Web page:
CCGT plants help balance the market during price spikes: January saw the day-ahead baseload power price (for a 24-hour period) reach £100.0/MWh or higher on seven separate occasions including four consecutive days between 11 and 14 January, while imbalance prices reached a record high of £4,000.0/MWh.
During this time, the vast majority of offer volumes on the Balancing Mechanism (BM) came from older Combined Cycle Gas Turbine (CCGT) plant, with additional generation from Open Cycle Gas Turbine (OCGT) and pumped storage plant. Across the seven settlement periods where the Single Imbalance Price exceeded £1,000.0/MWh, accepted offer volumes from CCGT plant totalled 3.96/GWh, accounting for 93.5% of all accepted offer volumes.
Lee Drummee Analyst at Cornwall Insight, said:
“These price spikes were a result of tight supply margins from a combination of low wind output, with outages at CCGT, nuclear plant and interconnectors. In addition, cold weather led to demand exceeding National Grid Electricity System Operator’s (ESO) Winter Outlook forecast levels. This led to the ESO issuing Electricity Margin Notices (EMNs) for the evenings of 6, 8 and 13 January.
“CCGT plant also commanded the highest prices on the BM, with average accepted offer prices across the settlement periods where imbalance prices were £1,000.0/MWh or higher, ranging between £681.2/MWh and £3,166.7/MWh and a maximum accepted offer price of £4,000.0/MWh. Pumped storage plants were the second highest priced assets, with offers as high as £999.0/MWh accepted in period 39 on 8 January.
“Since these mid-month spikes, gas and power prices have fallen back to more normal levels in the last week as weather conditions have changed with increasing wind generation and temperatures reducing the need for gas-for-power and heating demand. In parallel, electricity supply margins are once again comfortable as a result of the pickup in renewable generation and the return of a number of generation plants from outages. In addition, the IFA2 interconnector between the UK and France entered operation on 22 January, providing an extra 1GW of interconnection capacity between the two countries.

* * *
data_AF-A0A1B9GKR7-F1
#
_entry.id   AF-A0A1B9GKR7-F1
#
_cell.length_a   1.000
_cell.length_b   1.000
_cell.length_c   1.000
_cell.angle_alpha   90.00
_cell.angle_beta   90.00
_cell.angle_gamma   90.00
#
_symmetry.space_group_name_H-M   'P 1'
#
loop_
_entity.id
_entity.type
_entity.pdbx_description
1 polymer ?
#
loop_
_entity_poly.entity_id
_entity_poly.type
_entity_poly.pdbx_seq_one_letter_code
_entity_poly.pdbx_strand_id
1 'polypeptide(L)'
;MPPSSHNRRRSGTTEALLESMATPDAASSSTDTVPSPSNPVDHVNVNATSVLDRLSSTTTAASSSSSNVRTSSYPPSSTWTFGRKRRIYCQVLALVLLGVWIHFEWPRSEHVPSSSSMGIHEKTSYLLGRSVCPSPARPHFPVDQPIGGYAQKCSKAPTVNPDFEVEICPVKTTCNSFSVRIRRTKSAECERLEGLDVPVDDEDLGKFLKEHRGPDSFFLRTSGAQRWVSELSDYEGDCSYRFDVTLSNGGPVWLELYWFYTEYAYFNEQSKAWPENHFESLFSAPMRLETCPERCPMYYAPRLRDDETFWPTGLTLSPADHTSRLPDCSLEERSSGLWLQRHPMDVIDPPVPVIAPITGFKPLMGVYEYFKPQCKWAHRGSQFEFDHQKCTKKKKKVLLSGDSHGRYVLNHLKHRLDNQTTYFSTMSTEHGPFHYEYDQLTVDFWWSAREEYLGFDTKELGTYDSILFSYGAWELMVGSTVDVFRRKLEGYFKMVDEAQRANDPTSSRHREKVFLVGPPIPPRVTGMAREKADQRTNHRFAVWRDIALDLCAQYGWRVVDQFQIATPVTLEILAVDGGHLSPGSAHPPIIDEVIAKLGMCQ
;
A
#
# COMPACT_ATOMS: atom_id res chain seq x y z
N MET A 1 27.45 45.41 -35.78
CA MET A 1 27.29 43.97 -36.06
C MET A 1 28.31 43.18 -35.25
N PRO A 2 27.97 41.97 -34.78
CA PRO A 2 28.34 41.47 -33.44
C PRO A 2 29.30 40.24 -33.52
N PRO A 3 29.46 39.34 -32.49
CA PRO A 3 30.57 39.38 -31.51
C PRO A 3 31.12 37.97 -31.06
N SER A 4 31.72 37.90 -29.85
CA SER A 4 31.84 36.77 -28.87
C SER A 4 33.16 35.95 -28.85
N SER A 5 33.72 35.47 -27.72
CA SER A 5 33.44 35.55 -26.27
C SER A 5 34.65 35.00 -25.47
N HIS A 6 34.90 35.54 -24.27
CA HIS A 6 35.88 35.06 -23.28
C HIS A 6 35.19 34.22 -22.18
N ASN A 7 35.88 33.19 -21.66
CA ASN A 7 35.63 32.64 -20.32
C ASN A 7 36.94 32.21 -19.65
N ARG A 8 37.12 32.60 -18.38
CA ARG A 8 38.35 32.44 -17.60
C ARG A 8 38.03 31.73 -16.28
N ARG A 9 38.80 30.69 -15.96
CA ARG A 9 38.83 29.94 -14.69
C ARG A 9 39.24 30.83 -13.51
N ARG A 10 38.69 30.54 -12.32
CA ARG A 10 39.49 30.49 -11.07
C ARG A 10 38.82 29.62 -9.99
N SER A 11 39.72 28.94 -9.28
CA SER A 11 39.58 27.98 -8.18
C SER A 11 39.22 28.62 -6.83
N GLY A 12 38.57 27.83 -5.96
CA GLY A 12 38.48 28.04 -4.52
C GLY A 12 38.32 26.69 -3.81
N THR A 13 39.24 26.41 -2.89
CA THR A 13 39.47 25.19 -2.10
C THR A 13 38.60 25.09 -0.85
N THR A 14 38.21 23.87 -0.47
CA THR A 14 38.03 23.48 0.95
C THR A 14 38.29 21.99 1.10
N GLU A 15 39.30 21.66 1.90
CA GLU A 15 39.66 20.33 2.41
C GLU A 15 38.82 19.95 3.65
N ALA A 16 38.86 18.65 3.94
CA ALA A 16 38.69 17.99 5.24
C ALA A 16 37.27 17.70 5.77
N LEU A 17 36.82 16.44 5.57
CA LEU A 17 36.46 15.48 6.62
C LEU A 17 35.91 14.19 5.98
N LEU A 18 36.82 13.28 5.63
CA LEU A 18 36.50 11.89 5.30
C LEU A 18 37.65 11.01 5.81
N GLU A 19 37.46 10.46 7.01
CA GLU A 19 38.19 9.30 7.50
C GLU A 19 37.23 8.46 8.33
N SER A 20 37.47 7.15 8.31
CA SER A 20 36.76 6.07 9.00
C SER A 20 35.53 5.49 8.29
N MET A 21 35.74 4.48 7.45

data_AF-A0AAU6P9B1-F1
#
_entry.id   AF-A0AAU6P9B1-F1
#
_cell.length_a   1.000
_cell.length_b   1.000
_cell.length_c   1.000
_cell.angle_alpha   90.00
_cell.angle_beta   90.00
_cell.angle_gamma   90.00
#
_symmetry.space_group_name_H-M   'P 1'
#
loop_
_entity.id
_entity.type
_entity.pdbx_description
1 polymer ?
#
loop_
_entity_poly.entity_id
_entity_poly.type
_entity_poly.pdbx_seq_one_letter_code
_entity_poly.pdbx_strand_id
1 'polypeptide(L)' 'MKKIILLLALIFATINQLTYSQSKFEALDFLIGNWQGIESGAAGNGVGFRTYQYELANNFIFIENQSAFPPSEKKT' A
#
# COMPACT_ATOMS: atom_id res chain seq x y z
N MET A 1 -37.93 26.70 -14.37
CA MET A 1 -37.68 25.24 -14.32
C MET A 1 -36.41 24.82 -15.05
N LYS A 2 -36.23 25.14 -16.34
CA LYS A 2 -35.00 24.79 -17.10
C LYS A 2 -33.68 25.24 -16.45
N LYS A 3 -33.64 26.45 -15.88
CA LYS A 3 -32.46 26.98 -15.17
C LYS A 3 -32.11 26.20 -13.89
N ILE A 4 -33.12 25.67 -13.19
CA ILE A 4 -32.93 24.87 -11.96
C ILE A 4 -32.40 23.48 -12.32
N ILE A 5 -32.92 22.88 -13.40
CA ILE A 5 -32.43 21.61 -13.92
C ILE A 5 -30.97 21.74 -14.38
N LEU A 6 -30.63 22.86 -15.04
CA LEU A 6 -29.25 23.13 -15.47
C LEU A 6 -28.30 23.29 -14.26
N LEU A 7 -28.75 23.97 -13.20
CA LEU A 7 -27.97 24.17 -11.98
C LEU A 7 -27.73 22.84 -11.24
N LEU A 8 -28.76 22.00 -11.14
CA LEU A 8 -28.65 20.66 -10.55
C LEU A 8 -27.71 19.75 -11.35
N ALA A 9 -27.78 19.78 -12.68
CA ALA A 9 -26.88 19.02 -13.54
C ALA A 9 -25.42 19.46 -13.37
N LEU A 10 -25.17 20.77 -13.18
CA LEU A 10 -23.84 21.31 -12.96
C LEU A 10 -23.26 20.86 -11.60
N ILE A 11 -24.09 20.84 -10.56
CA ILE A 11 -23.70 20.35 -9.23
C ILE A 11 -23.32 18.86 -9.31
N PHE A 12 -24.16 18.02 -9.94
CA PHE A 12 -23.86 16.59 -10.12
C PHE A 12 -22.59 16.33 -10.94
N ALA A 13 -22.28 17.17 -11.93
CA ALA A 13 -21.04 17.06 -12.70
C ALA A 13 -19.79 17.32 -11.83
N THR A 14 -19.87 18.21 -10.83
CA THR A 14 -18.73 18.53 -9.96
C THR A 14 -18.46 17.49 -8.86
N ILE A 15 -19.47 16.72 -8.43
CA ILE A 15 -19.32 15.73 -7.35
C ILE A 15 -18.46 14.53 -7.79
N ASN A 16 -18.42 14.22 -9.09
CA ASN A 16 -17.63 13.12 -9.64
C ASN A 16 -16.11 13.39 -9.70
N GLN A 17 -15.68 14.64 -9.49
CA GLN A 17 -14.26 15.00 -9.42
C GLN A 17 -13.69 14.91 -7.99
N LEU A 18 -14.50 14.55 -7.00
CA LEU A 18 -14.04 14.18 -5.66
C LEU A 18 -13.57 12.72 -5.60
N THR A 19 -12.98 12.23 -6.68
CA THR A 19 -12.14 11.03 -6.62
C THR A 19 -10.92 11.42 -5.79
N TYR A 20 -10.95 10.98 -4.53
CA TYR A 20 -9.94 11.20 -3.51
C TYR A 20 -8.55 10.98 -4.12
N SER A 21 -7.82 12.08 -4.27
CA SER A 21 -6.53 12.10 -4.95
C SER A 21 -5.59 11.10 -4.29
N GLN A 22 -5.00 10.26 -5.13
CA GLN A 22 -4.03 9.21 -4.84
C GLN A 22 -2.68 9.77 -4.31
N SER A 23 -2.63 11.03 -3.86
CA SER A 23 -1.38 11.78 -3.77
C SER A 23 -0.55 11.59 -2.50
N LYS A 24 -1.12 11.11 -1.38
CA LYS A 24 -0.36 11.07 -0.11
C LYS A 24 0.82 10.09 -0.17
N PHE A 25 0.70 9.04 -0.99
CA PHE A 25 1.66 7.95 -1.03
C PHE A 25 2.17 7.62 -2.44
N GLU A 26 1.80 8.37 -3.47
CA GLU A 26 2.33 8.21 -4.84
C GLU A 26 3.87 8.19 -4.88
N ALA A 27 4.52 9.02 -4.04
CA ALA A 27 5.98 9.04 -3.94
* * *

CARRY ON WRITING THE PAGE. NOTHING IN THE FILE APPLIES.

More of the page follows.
“These price spikes serve as a reminder of the volatility of system conditions and wholesale markets. With the potential for such fluctuations in power prices to become more frequent in the near-future as older dispatchable generation assets retire and the share of weather-dependent renewable generation increases, whilst the flexibility and response markets – which will help to smooth out any issues – continue to develop in terms of scale and sophistication.”
CCGT plants help balance the market during price spikes